National Review’s The Corner continues to serve as a breeding ground for Obama-related race baiting. Here’s Michael Knox Beran explaining that those of us who support President Obama must be blinded by the color of his skin:
Ordinarily a politician whose rhetoric diverges so far from the reality of his record would be run out of town, but with this president it is different. After four years of mediocre leadership, the majority of Americans continue to judge Barack Obama not on what he has done but on who he is. In an ironic reversal of the criteria of judgment set forth by Martin Luther King, they judge him not on the content of his character (or more precisely his actions and achievements) but on the color of his skin. The president is therefore exempt from the penalties other democratically elected leaders pay when they offend too egregiously against the truth; unlike them, he can stray into the realm of fantasy with impunity.
This is the curse of identity politics, but there are some grounds for believing that it will not permanently disfigure the country’s politics. The majority of Americans have decided that, whatever his faults, this president must be deemed a success, even if he has not actually succeeded — must be allowed to take his greatness honoris causa in lieu of his failure really to have earned it. There may be wisdom in the judgment that eight years of dubious leadership is a small price to pay for the sake of the symbolic value of the spectacle. One only wishes that the president had the self-knowledge to recognize the gift that has been conferred upon him, and the humility to acknowledge that his success derives, not from the flawed policies he continues to pursue, but from an act of electoral grace and favor.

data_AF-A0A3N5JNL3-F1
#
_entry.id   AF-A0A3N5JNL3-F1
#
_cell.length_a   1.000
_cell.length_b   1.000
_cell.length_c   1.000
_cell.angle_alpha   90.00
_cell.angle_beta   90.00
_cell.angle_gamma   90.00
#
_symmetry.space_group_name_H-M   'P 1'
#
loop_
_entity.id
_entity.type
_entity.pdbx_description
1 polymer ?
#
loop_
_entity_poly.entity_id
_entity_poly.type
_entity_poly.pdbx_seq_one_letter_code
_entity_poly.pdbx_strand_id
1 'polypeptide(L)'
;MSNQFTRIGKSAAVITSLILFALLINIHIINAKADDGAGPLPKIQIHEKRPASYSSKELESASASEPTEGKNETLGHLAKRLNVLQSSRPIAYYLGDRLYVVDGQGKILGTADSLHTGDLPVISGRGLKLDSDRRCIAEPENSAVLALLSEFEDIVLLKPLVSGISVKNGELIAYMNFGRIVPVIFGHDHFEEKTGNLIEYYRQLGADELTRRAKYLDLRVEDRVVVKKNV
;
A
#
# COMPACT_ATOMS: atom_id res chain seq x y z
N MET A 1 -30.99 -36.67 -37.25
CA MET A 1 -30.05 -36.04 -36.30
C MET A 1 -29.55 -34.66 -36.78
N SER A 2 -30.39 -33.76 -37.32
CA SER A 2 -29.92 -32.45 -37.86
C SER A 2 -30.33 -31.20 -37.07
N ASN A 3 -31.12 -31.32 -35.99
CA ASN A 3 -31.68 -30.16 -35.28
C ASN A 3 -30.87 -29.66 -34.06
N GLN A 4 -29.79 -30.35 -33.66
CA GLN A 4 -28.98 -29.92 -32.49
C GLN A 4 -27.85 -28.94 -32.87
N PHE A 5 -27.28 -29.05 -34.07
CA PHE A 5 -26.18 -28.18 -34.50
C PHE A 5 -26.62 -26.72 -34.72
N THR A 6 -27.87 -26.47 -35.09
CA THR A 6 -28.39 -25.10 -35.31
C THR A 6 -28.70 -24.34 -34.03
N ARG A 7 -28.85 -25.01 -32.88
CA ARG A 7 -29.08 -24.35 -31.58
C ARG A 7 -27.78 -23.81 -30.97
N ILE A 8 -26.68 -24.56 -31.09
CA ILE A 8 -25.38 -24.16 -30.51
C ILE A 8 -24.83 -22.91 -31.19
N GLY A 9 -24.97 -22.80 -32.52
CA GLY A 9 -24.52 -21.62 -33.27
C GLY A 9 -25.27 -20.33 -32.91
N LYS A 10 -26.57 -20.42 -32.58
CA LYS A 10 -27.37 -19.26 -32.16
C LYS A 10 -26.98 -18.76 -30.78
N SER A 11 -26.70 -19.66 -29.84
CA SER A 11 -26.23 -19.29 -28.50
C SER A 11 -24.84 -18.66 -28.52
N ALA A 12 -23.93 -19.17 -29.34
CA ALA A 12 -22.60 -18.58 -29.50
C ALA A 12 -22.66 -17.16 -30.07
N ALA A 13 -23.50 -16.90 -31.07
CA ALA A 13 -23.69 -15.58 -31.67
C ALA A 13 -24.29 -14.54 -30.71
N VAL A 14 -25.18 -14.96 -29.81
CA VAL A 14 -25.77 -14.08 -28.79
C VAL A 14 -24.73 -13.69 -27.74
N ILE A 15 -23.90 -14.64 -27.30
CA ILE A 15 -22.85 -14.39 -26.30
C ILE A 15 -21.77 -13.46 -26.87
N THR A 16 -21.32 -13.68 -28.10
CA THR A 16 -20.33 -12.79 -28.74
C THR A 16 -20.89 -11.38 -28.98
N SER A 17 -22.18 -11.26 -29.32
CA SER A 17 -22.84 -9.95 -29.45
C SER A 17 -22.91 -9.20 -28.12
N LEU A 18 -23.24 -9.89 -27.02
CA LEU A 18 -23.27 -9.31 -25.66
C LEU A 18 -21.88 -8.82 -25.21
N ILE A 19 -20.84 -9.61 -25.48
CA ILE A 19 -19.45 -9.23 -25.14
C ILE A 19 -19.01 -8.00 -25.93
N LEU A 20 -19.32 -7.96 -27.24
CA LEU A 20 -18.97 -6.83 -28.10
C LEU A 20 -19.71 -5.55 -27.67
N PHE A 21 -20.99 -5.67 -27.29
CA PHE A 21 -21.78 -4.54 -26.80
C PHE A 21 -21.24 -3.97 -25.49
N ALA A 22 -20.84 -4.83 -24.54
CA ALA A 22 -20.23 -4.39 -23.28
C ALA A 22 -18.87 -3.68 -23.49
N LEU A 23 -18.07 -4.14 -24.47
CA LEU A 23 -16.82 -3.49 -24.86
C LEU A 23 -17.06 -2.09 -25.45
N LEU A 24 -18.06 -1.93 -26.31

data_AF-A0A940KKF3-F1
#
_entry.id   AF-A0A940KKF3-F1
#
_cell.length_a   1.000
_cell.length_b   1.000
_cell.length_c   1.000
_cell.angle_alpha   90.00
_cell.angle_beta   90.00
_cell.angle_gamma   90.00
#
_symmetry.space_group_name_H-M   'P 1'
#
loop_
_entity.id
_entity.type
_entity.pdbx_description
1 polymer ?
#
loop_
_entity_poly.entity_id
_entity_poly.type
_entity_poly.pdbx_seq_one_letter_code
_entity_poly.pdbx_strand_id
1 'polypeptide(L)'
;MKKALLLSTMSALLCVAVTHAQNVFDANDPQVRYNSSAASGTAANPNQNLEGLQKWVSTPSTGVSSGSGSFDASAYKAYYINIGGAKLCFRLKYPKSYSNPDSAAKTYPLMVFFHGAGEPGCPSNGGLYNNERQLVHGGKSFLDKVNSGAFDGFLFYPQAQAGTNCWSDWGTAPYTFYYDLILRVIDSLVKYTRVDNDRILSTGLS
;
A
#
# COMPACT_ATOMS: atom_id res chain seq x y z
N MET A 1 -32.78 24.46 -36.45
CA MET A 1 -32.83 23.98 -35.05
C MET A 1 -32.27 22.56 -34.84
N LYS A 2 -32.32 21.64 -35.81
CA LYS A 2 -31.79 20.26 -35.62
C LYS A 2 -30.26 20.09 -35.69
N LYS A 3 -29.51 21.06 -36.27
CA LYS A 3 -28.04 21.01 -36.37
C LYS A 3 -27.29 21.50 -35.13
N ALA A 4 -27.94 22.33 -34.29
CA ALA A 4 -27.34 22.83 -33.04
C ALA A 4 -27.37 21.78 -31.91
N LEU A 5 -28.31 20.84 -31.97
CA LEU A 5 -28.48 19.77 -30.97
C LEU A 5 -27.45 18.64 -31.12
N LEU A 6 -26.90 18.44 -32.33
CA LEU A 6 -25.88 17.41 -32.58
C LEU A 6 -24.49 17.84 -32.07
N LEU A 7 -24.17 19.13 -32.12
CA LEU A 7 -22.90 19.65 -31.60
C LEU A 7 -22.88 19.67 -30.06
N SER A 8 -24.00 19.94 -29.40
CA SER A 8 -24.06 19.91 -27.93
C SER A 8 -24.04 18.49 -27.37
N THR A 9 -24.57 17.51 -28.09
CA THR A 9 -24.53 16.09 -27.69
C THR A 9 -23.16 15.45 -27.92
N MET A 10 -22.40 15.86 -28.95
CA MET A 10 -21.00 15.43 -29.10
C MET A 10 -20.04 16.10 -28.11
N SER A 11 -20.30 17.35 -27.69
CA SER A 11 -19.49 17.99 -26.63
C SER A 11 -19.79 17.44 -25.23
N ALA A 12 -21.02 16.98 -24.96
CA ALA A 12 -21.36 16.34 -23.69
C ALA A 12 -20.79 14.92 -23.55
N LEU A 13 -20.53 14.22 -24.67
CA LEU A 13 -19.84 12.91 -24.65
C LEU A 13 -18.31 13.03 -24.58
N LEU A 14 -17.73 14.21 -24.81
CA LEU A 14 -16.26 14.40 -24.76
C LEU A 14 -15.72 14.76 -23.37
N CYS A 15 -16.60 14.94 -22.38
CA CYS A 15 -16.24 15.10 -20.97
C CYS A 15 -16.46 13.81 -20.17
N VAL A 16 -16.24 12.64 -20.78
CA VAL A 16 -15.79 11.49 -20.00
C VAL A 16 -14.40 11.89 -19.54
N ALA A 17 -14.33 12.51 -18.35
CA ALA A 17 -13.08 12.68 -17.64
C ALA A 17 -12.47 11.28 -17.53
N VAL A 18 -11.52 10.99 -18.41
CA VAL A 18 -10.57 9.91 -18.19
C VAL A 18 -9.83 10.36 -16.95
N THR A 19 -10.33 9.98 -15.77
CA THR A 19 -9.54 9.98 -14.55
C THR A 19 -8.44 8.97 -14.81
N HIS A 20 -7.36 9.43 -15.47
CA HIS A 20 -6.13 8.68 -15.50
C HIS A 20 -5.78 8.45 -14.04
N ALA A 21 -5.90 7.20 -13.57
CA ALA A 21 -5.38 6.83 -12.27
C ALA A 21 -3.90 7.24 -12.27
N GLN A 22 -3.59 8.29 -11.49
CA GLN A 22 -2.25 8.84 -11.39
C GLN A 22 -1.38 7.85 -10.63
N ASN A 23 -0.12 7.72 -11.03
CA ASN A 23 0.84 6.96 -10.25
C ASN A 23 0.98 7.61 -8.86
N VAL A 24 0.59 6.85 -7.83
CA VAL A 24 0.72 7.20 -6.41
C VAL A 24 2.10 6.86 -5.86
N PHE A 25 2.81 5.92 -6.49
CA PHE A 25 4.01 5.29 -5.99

What better way to defend against claims that Obama-hatred might have a racial component than to level the charge of racism back at Obama’s supporters? Beran can’t even comprehend that a majority of Americans might honestly and reasonably believe that Obama has performed quite well in office, especially given the mess he inherited from his predecessor. Nor is he interested in spending any time or effort considering non-race related explanations. Instead he embraces a form of the affirmative action argument that right wingers have leveled at Obama since he first announced he was running for the Presidency. This time, it’s not Obama’s college, law school or law journal that are allowing him to advance merely because he is black, it’s the American people who elected and then re-elected him. Beran likes to think he knows what Martin Luther King would think of the Obama presidency. I am quite confident that MLK would reserve his scorn for Beran, instead.